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Thursday, 5 March 1942

Mr SPENDER - I asked a simple, specific question. I asked whether it was a fact that Mr. Rorke gave an explanation to a newspaper in respect of the reason why he resigned, and that that explanation was censored. If so, what were the grounds for such censorship?

Mr CURTIN - The passage in Mr. Rorke's communication which was censored was as follows : " Mr. Rorke said there had been a trend in censorship which he did not like ".

Mr Spender - What was the trend ?

Mr CURTIN - That was a reflection upon the bona fides of the censorship. Mr. Rorke was a censor, but he was not giving the whole of his time to censorship work.

Mr Spender - That is beside the point.

Mr CURTIN - Is it beside the point ? He resigned because he refused to carry out the instruction of the Chief Publicity Censor, to attend his office early in the day, soon after 9 a.m. That instruction was given because of the deterioration of the war situation. As the war came closer to Australia, its factual treatment required greater care on the part of the censor. Mr. Rorke preferred to carry on certain private activities while, at the same time, holding the office of Deputy Chief Censor in a State.

Mr Spender - That does not answer my question. What was the trend about which he spoke?

Mr CURTIN - I do not know.

Mr Spender - I can tell the Prime Minister.

Mr CURTIN - The reference that he made to the trend was struck out on the ground that no censorship in the world allows itself to be misrepresented by innuendo or by suggestion.

Mr Spender - Or by criticism?

Mr CURTIN - Or by criticism. That is also true. The honorable gentleman is quite right.

Mr Spender - Am I right in saying that the censorship cannot be criticized?

Mr CURTIN - I do not say that it cannot be criticized.

Mr Spender - Things have come to a pretty pass in this country.

Mr CURTIN - I say that it cannot he misrepresented. I say that it was being misrepresented because Mr. Rorke in this statement merely created an inference. He made no specific charge. He merely said that he had noticed a trend which he did not like. That did not necessarily indicate that the trend was bad or good.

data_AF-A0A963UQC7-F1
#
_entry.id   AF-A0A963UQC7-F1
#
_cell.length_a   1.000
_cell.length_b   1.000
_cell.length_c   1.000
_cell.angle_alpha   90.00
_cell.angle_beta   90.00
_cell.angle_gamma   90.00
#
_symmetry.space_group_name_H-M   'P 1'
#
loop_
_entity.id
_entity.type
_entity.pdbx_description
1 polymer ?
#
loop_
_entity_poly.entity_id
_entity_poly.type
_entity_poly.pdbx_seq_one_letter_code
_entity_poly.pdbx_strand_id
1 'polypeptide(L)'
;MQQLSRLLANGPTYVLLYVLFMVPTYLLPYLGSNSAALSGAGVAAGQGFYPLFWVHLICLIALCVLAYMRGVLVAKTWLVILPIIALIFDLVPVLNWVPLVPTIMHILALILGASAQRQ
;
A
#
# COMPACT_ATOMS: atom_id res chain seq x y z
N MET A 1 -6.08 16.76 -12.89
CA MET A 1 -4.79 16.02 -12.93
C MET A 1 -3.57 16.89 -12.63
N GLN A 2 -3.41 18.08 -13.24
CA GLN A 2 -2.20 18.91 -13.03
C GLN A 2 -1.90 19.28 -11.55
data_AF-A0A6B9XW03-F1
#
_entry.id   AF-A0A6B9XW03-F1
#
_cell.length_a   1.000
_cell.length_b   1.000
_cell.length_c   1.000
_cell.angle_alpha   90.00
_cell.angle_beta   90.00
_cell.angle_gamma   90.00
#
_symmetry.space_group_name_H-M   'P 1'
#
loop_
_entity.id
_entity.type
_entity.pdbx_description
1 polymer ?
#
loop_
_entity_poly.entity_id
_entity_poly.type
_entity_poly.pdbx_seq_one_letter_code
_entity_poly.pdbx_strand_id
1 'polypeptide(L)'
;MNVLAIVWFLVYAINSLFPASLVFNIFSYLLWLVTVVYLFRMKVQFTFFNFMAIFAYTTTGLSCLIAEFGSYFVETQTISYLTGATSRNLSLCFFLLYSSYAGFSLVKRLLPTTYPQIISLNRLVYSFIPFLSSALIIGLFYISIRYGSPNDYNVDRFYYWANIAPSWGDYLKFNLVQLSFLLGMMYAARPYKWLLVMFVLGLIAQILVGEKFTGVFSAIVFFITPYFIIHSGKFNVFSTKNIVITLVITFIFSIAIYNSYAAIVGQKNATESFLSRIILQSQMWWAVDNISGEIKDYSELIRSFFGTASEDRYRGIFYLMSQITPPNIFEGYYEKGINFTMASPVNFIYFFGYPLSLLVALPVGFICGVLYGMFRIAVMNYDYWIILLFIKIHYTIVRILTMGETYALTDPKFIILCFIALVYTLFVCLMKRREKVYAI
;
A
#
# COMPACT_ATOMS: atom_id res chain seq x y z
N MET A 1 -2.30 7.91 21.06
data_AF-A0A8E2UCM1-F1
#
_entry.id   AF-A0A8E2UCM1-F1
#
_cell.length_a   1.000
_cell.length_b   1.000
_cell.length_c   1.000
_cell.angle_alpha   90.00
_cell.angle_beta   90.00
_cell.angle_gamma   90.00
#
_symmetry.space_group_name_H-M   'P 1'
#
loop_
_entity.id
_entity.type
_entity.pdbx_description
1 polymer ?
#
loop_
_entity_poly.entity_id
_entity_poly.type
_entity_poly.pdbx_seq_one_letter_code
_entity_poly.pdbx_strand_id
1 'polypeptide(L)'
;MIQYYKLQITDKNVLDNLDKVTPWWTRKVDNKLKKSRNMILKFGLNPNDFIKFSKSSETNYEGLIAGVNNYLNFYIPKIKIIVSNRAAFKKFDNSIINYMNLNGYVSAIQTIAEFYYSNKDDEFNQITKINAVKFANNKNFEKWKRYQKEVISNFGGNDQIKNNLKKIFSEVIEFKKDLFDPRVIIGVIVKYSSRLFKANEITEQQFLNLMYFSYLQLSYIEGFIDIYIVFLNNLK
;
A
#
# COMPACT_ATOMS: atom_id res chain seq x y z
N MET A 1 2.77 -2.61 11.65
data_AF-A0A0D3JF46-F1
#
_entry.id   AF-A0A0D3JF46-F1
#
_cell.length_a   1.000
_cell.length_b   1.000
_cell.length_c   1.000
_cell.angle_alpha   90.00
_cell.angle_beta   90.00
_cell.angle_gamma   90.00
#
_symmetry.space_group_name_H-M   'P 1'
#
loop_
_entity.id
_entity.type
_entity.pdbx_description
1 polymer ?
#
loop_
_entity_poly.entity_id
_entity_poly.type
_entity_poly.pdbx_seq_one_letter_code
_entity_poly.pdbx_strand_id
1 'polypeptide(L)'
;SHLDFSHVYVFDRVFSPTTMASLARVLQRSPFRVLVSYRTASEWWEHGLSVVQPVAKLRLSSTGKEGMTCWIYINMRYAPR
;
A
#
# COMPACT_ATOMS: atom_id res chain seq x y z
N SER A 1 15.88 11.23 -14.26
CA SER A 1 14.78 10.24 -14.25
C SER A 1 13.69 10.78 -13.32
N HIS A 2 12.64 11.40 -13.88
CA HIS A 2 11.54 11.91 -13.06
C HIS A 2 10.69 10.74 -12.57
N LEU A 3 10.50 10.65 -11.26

Mr Spender - Will the Prime Minister table the statement which Mr. Rorke submitted for publication?

Mr CURTIN - I invite the honorable gentleman to peruse all the papers relating to this matter. It has never been my practice to say more than is necessary, but I approved of the decision of the Chief Publicity Censor in directing Mr. Rorke to devote the whole of his time to the work that he was entrusted to do. Mr. Rorke would not do it, and he resigned.

Mr Spender - That is not my point.

Mr CURTIN - When I was informed that Mr. Rorke had resigned I said, " That is quite all right ". That is all I have had to do with the matter. I knew the Chief Publicity Censor long before he was appointed to the position. Incidentally, this Government did not appoint him to that office. I inherited him.

He was appointed by the previous Government, of which the honorable gentleman was a member.

Mr Spender - The Prime Minister knows of the instructions that were given to the Chief Publicity Censor.

Mr CURTIN - I am the Minister in charge of Censorship and I have given no instructions to the Chief Publicity Censor.

Mr Spender - I shall name to the honorable gentleman two Ministers who have given instructions to the Chief Publicity Censor.

Mr CURTIN - They had no authority to do so, and knowing the Chief Publicity Censor as 1 do, I am positive that he would not take instructions from any one who was not authorized to give them to him. The honorable gentleman must have known of Mr. Bonney's qualifications for the office when the previous Government appointed him ; and I am quite sure that he never worked for the kind of paper that I have worked for in my career as a journalist.